There are two populations of comets, separated by their orbital periods. The short period comets generally come from the Kuiper belt, which is also where Pluto and the other icy dwarf planets reside. The long period comet come from the Oort cloud.

Kuiper belt comets generally have orbits close to the ecliptic and shorter periods that only take them out to the area around Neptune and Pluto. The short period means they have made many orbits around the Sun already, so they have already lost a lot of their ice. Without as much ice, they tend to have smaller comas and shorter tails. Halley is a somewhat large short period comet, with a period of about 76 years. At its last pass near Earth, it never became bright enough to see naked eye from Ann Arbor.

Oort cloud comets generally have much longer periods, and can come in from any angle. since they don't get close to the Sun very often, they tend to be bigger, and have a lot of ice to make very spectacular coma and tails. Hale-Bopp for example has a period of roughly 2500 years. When it came in to the inner solar system in 1997, it was clearly visible even from light polluted skies.

The Model

The model comets have silicates (sand), carbon (graphite or charcoal), carbon dioxide, water and ammonia. They also have dark corn syrup which has fructose (C6H12O6) in it to represent all the noxious organic molecules we can't use.

Procedure: (May be done as a demonstration)

Caution: anyone using or in the area of someone using the hammer to break up material should wear safety glasses. Never use the side of the hammer since the hammer may shatter.

If you need to crush charcoal, place the charcoal in a fold of newspaper. Use the hammer to break up the charcoal.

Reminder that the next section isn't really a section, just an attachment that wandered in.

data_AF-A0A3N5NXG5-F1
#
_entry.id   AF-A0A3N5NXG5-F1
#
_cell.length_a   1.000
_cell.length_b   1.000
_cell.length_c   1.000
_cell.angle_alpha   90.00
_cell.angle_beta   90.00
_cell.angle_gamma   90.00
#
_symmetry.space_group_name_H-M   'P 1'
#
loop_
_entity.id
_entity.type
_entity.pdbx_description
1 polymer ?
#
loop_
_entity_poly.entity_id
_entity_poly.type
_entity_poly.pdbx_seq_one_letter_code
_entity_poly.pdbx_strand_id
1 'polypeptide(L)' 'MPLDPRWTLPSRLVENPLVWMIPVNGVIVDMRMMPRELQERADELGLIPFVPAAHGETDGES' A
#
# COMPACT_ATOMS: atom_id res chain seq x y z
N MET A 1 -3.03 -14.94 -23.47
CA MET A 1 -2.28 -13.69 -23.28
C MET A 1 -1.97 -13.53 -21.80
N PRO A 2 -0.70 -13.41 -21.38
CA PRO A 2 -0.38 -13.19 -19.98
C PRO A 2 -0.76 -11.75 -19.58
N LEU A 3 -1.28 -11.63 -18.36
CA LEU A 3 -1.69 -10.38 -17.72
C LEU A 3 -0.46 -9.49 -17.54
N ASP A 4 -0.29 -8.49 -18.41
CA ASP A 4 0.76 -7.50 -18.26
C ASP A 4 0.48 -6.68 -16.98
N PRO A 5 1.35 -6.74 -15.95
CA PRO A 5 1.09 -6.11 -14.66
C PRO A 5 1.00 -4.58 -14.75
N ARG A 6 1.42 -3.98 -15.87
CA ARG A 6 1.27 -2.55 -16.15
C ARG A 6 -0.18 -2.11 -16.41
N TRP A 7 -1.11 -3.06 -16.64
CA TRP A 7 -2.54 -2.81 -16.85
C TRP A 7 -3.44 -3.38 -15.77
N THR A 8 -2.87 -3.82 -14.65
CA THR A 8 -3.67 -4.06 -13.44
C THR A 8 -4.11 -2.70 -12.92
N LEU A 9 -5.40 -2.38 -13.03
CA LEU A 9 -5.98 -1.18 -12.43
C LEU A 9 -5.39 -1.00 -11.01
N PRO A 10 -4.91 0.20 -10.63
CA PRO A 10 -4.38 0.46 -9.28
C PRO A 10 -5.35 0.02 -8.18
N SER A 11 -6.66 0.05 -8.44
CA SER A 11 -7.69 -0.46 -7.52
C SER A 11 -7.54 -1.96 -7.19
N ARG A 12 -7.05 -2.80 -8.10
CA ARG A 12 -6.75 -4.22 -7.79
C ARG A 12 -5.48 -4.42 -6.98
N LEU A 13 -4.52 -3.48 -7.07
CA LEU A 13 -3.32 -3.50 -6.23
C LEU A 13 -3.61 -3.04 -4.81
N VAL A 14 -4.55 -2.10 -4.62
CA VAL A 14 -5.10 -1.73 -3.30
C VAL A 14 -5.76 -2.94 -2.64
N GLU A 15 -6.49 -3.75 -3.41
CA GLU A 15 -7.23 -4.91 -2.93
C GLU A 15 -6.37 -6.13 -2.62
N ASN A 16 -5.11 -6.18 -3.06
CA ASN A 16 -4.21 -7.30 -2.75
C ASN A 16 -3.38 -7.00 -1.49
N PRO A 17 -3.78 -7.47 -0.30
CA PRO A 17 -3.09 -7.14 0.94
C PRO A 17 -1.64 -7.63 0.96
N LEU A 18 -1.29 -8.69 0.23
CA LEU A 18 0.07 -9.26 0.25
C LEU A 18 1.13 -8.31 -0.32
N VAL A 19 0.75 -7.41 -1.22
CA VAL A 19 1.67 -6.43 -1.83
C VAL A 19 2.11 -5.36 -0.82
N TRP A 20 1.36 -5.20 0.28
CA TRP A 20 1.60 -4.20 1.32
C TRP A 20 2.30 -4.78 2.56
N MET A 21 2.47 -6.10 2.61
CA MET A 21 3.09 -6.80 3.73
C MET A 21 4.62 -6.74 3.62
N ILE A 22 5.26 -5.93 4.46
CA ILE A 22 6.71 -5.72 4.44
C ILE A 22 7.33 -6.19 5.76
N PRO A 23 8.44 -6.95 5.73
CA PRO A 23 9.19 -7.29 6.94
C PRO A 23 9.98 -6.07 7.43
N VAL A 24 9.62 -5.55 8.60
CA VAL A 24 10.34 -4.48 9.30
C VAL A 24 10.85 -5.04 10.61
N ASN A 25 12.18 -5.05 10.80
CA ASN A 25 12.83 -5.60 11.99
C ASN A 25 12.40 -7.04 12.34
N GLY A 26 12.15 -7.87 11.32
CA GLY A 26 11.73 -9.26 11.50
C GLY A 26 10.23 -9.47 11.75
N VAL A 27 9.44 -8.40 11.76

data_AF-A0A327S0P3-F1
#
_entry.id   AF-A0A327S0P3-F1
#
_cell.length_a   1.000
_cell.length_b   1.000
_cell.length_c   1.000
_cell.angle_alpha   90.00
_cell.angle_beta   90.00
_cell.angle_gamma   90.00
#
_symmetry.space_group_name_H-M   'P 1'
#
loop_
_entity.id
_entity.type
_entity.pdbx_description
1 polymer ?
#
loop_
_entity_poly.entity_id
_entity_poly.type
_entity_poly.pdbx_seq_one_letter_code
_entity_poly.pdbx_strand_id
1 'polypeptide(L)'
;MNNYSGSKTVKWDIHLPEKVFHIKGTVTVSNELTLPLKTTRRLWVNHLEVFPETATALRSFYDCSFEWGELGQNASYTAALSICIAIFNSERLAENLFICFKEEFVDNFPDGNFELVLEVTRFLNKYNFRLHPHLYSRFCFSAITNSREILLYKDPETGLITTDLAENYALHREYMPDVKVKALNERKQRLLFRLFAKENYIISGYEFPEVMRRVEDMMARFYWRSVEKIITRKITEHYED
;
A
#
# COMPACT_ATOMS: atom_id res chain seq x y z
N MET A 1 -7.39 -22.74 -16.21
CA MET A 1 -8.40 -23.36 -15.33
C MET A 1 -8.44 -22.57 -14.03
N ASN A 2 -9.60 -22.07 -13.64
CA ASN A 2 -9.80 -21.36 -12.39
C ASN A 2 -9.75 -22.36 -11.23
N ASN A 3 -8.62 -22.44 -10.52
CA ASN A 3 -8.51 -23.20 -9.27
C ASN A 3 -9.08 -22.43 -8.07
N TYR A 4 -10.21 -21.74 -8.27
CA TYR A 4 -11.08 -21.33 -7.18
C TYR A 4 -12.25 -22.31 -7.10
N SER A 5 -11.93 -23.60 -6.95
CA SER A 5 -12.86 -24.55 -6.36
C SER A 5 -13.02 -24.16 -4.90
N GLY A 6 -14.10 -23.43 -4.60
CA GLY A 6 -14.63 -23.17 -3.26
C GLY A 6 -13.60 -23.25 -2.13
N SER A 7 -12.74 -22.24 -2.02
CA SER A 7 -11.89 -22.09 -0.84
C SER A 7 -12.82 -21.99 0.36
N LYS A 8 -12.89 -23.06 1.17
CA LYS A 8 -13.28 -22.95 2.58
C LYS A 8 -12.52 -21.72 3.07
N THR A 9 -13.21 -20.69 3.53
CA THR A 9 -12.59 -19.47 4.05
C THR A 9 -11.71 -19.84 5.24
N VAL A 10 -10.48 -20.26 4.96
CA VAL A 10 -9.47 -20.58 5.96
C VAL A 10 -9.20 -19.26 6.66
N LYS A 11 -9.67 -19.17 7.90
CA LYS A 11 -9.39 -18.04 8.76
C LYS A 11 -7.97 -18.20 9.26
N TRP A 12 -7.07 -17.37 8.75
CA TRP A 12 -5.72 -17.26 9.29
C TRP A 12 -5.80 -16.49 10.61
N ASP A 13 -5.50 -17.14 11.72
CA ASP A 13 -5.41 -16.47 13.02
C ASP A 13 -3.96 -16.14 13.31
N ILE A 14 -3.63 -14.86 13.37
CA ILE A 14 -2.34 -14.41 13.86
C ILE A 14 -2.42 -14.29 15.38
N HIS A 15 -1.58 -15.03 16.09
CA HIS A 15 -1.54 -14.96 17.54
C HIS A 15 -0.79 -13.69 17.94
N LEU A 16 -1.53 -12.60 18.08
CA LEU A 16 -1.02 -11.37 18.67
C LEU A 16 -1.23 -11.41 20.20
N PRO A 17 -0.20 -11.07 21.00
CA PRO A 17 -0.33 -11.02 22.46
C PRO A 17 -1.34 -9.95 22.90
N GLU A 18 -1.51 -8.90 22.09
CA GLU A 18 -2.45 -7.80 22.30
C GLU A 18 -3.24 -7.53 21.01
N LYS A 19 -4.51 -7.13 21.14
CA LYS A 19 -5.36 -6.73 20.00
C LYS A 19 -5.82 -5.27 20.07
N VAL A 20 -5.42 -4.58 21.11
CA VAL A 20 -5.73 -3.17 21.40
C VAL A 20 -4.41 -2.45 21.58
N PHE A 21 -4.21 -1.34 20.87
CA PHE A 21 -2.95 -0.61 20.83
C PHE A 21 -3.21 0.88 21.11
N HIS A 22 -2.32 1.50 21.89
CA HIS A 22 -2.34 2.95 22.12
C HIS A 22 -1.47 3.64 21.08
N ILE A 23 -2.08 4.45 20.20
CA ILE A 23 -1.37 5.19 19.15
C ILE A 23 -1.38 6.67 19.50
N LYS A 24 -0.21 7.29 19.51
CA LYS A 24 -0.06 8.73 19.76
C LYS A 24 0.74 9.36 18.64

Put on the heavy gloves to handle the dry ice. Wrap the dry ice in several layers of newspaper and use the hammer to break up they dry ice. The finer the ice is crushed, the better the comet will be.

Line the bowl with a garbage bag and add:

Mix well, then quickly mix in the dry ice. Add more water until the stuff in the bowl seems damp but not drowning. Carefully lift the bag out of the bowl and, pushing on the outside of the bag, shape the comet into a ball. If there is excess water, carefully pour it off into a bucket before taking the comet out of the bowl. If the comet won't stick together and there is no water in the bowl, add more water, a little at a time until it sticks.

Once you have a comet, the dry ice should be covered with the water, ammonia, sand, etc and be safe to handle. If there are places that appear to have exposed dry ice, pour a little water over it to cover the dry ice.

Observe the nucleus. Pay special attention to things like the color and brightness of the surface, and how the color and brightness change as it melts. Also, look for the jets of escaping gas. Compare your nucleus to the image of comet Wild 2. You may need to measure the comet with a small ruler. After you've had a few minutes to look at it, answer the questions on the worksheet.

Additional Resources:

You may find the Pluto, Kuiper belt, and Comets lithographs from NASA's "Our Solar System" lithograph set useful.

Worksheets

 


last update: 4/19/12 by SAM